Monday, 2 May 2016

Why I am Breaking Up with my Subaru

Author: Francesca Fuoco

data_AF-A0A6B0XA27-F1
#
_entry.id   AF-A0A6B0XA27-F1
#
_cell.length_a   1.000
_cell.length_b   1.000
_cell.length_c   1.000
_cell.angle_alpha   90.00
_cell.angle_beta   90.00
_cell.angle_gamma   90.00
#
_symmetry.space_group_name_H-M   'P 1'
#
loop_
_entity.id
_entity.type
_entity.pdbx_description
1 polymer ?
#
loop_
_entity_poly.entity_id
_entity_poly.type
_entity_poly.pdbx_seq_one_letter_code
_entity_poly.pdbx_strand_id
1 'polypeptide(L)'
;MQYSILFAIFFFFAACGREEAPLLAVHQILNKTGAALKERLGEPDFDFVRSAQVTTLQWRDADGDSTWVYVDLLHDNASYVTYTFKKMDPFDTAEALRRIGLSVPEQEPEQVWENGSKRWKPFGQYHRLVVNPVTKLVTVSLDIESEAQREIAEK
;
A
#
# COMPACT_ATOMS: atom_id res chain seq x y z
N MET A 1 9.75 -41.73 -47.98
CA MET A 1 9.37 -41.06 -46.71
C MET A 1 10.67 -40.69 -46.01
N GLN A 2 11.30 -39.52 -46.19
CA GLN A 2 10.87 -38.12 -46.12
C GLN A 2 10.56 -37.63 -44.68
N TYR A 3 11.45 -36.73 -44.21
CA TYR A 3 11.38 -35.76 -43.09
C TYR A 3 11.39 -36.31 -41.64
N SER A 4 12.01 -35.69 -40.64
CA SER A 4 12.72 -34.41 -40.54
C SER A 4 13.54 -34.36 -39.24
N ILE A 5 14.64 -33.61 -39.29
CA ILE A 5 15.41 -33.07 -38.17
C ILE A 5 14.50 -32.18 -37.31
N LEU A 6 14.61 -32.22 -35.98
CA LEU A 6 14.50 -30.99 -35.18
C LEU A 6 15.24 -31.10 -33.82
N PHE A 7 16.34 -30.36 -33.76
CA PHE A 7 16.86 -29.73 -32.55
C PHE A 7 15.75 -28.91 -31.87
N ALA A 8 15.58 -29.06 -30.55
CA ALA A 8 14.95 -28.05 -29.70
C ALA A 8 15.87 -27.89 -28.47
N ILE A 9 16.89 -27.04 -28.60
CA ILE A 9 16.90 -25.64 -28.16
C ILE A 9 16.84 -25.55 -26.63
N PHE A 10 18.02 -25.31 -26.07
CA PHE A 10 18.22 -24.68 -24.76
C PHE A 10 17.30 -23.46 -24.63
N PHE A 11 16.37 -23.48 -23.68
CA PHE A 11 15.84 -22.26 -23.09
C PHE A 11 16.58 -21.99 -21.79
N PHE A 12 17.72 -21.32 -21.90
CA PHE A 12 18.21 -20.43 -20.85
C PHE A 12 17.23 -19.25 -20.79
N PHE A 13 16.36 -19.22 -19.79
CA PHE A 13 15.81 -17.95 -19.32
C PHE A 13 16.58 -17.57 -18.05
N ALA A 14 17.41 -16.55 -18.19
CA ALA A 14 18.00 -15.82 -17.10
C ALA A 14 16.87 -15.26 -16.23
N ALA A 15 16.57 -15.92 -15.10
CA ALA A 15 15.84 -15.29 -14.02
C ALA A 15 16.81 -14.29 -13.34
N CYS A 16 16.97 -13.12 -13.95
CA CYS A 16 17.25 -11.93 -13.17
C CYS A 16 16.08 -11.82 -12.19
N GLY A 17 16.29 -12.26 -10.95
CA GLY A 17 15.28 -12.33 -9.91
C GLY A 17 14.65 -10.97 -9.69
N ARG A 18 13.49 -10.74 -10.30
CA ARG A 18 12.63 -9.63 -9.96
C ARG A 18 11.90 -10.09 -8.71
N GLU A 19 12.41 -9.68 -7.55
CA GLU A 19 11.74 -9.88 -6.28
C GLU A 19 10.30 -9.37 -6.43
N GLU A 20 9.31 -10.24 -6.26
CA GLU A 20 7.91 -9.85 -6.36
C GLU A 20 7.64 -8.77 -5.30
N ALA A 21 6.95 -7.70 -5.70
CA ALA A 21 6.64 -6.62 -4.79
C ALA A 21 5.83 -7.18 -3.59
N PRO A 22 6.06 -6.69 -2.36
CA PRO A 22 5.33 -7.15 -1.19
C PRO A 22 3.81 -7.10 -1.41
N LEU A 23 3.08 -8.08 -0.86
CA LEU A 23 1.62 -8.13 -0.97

I do not enjoy putting gas in my car. In fact, every time I gas my Subaru, I tell myself I should buy an electric car. I watch the dollar count go up for every liter I am pumping into the gas tank and I get discouraged about the amount of money I am spending just to fuel my transportation. The cost of the barrel has now decreased to $43, the same price as in the early 2000’s when we were paying under 80 cents per liter. Today we are being overly overpriced per liter of consumption. Every time I put gas, I can't help wonder what my alternatives are to putting gas in my car – to avoid spending money to get to work so I can make more money and to avoid filling up my tank in the winter and freezing for those few minutes. I already have a train and metro pass for when I need to go into the city. I live in the rural areas of the Laurentians, so maybe buying a horse? Biking the 20 km to get to work? I told myself I needed a realistic solution to stop using gas. Buying an electric car is my best bet. When I started to explore my options I was discouraged because hybrid cars still run on gas and the Tesla’s Roadster and Model S are way over my budget. However, in 2014, when Tesla’s CEO Elon Musk made the announcement about designing an affordable Tesla, I knew that was the car I wanted. The prestigious name Tesla plus the word affordable sold me before I even knew what the car looked like. By still owning a car, I still have the freedom and autonomy to travel places and as a bonus, I would have the satisfaction of not contributing to the increasingly dangerous carbon emissions being released into the atmosphere from driving a combustion engine car. It is the idea of owning this fully electric, yet the quality vehicle that keeps me going with my Subaru until this fantasy Tesla hits the mainstream market next year.